Inspecting the latest food trends

Sept. 16, 2019

How inspection technology can overcome the challenges brought on by ever-changing consumer tastes

The food industry is evolving at a rapid rate. Whether it’s plant-based cuisine, protein-rich snacks or convenience with class, today’s food manufacturers are having to work harder than ever to please perceptive consumers. Yet whatever the latest trend, the primary aim for producers must always be food safety. 

Metal detectors and inspection systems are critical to the food production process. As tastes change, technology must keep pace with evolving food fads if safety standards are to be maintained. 

Kitchen shortcuts 

The days of low-quality, frozen and bland TV dinners are — thankfully — behind us. Today’s consumers are looking for high-quality meals that will fit into their fast-paced lifestyles, without having to compromise on health or flavor. As a result, convenience food is set to get a major upgrade in 2019. 

With Mintel reporting that 27% of U.S. consumers believe it takes too long to prepare healthy food, manufacturers are anticipating a significant rise in so-called shortcut kits. Also known as "speed-scratch" or meal kits, these convenience offerings deliver all the ingredient components required to make a fresh, tasty and nutritious meal at home, without the hassle of weighing, measuring or shopping for each item individually.

To accurately inspect meal kits and ensure they are free from contamination, producers need to ensure their metal detection solution is sophisticated enough to cope with not only different kinds of foodstuffs simultaneously, but also different types of packaging. 

Each type of food — protein, salad, vegetable, carbohydrate, etc. — has different conductive properties and therefore behaves differently in a metal detector. For example, some proteins are easier to inspect cooked than raw, and salad and vegetables will be easier to inspect than protein. The same principle applies to packaging — metalized foil is more problematic than plastic, for example. And if each item is individually wrapped before being placed into the final box, then the overall packaging will be thicker, and sensitivity might be affected.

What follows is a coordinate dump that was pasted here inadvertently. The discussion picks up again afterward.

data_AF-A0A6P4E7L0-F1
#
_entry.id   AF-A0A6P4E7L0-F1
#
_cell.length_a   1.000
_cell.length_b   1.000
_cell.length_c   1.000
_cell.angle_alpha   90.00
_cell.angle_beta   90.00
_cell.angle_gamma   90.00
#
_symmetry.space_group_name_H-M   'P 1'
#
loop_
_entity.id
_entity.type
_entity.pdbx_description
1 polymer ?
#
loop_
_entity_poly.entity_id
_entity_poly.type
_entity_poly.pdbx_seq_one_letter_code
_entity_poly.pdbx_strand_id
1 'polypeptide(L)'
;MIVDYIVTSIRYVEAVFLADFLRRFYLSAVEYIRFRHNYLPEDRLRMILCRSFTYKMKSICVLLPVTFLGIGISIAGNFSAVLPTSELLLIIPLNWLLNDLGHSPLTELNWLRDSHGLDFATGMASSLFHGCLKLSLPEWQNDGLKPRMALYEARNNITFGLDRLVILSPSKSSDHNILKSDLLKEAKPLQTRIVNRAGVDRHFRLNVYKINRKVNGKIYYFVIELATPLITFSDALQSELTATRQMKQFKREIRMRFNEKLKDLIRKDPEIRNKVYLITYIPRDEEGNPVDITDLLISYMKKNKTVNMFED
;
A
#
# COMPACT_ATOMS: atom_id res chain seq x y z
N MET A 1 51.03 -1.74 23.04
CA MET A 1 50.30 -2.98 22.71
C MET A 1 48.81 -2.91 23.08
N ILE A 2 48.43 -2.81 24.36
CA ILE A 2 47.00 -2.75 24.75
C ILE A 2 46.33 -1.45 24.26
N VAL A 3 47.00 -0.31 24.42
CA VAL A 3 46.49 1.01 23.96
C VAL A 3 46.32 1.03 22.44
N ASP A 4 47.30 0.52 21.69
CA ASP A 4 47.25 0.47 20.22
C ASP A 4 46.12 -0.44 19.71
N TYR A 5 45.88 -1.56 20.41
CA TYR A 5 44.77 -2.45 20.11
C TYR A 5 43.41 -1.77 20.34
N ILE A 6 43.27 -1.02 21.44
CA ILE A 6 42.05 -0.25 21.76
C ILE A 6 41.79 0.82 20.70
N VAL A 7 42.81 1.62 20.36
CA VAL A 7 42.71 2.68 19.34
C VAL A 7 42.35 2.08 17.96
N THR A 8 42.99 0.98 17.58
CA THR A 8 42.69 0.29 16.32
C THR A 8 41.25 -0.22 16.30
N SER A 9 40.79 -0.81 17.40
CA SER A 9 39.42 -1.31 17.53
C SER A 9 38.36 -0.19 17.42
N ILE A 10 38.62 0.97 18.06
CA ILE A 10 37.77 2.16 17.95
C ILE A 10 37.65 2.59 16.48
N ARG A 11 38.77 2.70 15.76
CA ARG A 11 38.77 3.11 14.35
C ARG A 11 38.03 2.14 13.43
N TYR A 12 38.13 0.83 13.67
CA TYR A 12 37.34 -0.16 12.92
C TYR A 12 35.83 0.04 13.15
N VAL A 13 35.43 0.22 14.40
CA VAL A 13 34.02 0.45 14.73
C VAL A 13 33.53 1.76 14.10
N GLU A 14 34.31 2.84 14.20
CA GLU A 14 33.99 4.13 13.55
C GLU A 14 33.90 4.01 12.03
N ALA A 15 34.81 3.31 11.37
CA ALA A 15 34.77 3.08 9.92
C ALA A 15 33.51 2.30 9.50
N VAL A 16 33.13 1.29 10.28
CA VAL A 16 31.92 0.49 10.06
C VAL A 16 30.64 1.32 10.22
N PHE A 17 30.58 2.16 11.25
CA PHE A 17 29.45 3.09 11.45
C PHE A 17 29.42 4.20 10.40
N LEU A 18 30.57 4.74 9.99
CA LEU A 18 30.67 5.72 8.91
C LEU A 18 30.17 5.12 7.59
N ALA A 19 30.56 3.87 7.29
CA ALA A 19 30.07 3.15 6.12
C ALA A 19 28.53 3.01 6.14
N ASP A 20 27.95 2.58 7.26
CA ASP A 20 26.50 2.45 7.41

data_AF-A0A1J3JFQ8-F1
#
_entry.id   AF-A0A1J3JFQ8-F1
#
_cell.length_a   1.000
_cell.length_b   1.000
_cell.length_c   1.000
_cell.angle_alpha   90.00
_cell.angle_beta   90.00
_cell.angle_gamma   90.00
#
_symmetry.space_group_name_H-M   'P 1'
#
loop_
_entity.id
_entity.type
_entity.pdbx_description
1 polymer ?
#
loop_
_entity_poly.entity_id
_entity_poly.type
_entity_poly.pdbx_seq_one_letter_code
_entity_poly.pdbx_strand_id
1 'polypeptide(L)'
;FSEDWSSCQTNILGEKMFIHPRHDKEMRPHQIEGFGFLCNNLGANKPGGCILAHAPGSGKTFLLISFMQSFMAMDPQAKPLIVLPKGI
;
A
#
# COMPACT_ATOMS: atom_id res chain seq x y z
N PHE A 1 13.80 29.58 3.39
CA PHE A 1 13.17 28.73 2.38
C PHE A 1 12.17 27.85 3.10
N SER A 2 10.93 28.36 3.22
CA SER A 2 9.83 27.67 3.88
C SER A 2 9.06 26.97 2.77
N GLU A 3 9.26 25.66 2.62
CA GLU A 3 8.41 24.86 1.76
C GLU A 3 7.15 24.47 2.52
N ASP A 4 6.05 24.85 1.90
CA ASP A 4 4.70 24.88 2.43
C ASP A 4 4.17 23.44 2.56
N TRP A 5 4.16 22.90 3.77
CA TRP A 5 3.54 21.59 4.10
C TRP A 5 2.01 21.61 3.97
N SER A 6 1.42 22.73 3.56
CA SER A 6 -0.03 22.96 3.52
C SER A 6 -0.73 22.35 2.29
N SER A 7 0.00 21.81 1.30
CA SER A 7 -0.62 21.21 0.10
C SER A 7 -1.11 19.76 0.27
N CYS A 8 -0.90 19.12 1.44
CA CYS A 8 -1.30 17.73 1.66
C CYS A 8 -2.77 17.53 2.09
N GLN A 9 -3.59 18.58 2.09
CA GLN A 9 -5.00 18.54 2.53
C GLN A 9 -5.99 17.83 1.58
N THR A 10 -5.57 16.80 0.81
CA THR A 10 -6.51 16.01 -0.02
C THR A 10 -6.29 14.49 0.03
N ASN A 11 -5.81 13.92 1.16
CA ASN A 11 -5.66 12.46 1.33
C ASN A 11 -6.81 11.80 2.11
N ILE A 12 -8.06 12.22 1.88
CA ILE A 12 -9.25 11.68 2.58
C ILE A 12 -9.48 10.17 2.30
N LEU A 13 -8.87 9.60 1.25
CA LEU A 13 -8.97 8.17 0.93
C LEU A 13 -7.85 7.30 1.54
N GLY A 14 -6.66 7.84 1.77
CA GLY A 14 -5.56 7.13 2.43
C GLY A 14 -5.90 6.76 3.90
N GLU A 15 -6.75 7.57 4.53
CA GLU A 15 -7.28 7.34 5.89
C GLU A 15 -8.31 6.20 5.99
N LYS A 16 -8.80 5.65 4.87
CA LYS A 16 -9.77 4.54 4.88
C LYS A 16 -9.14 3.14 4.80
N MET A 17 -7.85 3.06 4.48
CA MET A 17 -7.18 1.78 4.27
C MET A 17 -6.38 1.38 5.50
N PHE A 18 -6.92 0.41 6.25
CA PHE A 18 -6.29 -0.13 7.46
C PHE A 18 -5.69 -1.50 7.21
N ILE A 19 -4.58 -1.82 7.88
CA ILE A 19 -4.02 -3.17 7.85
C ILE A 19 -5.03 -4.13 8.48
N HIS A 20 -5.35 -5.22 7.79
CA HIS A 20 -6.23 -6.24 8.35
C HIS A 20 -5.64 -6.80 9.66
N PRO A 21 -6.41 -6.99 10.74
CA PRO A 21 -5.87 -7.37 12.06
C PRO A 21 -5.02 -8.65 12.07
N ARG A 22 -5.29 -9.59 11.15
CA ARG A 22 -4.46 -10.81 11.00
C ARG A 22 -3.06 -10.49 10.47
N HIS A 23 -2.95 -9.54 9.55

Fortunately, there are detectors available that can cope with such challenges. 

A metal detector that can run multiple frequencies simultaneously is ideal for these kind of elevated convenience products, as it can accurately inspect a variety of conductivities at the same time. Moreover, this kind of detector is an intelligent inspection solution. It will quickly learn to recognize the different phases of a complex product and be able to accurately inspect it for signs of contamination, ensuring the final product reaches the consumer exactly as the producer intended.

Speed scratch meal kits contain lots of ingredients with conductive properties that behave differently during the inspection process.

Evergreen consumption

Sustainability has been climbing up the consumer agenda for several years, and is set to really take off, moving toward a 360-degree approach spanning the entire product lifecycle. With plastic pollution hitting the headlines, there is now a drive toward sustainable packaging alternatives in the food industry. 

Bioplastics made from materials such as cellulose pose no problem to metal detectors, as they look and behave just like regular plastic. However, food producers need to be aware of the issues they could encounter with recycled cardboard. Cardboard is shredded during the recycling process, exposing the aluminum that is often found inside it. In fact, the highest contaminant in recycled cardboard is aluminum — this is a conductor of electricity and will trigger an alert on an inspection system.